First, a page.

Former Securities and Exchange Commission enforcement official Spencer C. Barasch was barred Thursday from appearing before the commission for a year after violating federal conflict of interest rules.
Barasch, Associate Director of Enforcement at the commission’s Fort Worth, Tex., office from April 1998 to June 2005, was fined also fined $50,000 for taking part in legal securities decisions made by Stanford Group Company (SGC), which was owned by fraudster R. Allen Stanford, according to the SEC’s order.
When he joined a private law firm after leaving the SEC, he contacted the commission’s ethics office about whether he could represent the Texas-based Stanford Group Company and was told he was permanently barred from representing the group because of his part in earlier SEC proceedings against them. Barasch denied SGC’s request for representation at that point.
“Between 1998 and 2003, Barasch participated personally and substantially in several decisions relating to the commission’s response to allegations that various entities associated with Robert Allen Stanford, including Stanford Group Company (“SGC”), violated the federal securities laws in connection with the sale of Stanford International Bank’s (“SIB”) self-styled ‘certificates of deposit,’” the order states.
Stanford was convicted of running $7 billion Ponzi scheme that defrauded 30,000 of the bank’s investors.
In 2006, Barasch was paid by SGC for 12 hours of legal service related to an SEC inquiry. Soon afterward, the SEC began a formal investigation of SGC for a potential violation of federal securities law related to the bank’s self-styled certificates of deposit. At this point, Barasch tried to talk to the Forth Worth office about the case.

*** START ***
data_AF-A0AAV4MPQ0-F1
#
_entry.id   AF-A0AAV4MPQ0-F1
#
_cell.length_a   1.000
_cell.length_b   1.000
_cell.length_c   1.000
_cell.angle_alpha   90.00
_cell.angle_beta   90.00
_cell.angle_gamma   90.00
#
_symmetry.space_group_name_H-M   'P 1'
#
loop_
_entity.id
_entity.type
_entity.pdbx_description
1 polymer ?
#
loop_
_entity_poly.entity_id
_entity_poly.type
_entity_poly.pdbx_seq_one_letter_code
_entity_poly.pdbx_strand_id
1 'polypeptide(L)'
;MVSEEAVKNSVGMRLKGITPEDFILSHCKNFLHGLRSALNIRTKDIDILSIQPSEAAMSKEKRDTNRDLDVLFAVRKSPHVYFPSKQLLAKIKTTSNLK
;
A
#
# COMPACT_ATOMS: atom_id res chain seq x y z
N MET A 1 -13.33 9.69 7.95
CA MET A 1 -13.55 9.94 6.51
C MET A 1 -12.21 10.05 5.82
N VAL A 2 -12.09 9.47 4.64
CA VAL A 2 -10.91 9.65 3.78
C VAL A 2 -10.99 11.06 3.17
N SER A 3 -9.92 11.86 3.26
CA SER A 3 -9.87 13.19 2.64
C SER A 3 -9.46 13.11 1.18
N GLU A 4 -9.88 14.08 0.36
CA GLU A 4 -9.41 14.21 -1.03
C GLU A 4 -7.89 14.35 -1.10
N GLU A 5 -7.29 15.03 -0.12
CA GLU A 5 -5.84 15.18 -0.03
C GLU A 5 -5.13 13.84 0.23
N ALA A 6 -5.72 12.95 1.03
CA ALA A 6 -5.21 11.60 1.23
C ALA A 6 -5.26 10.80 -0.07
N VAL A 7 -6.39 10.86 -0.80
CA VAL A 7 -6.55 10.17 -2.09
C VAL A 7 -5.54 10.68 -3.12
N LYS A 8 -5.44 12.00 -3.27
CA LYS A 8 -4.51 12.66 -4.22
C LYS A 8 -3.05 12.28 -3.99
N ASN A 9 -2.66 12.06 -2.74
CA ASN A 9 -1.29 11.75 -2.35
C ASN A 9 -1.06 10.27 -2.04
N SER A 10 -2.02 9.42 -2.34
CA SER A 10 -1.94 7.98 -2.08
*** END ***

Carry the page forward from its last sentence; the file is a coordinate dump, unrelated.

“Barasch knowingly communicated with FWDO staff with the intent to influence them,” the order states. “First, Barasch attempted to obtain information from FWDO staff about the investigation of SGC. Second, when one of the FWDO attorneys, in responding to that call, questioned whether Barasch could represent SGC, Barasch attempted to convince him that Barasch’s involvement with the SGC matter while at the Commission was minimal, and that Barasch could therefore represent SGC before the Commission.”
He was then told by the ethics office he was permanently barred from representing SGC, which prompted him to end his representation. He can reapply to appear before the SEC after the ban expires, but he must satisfy several conditions, according to the order.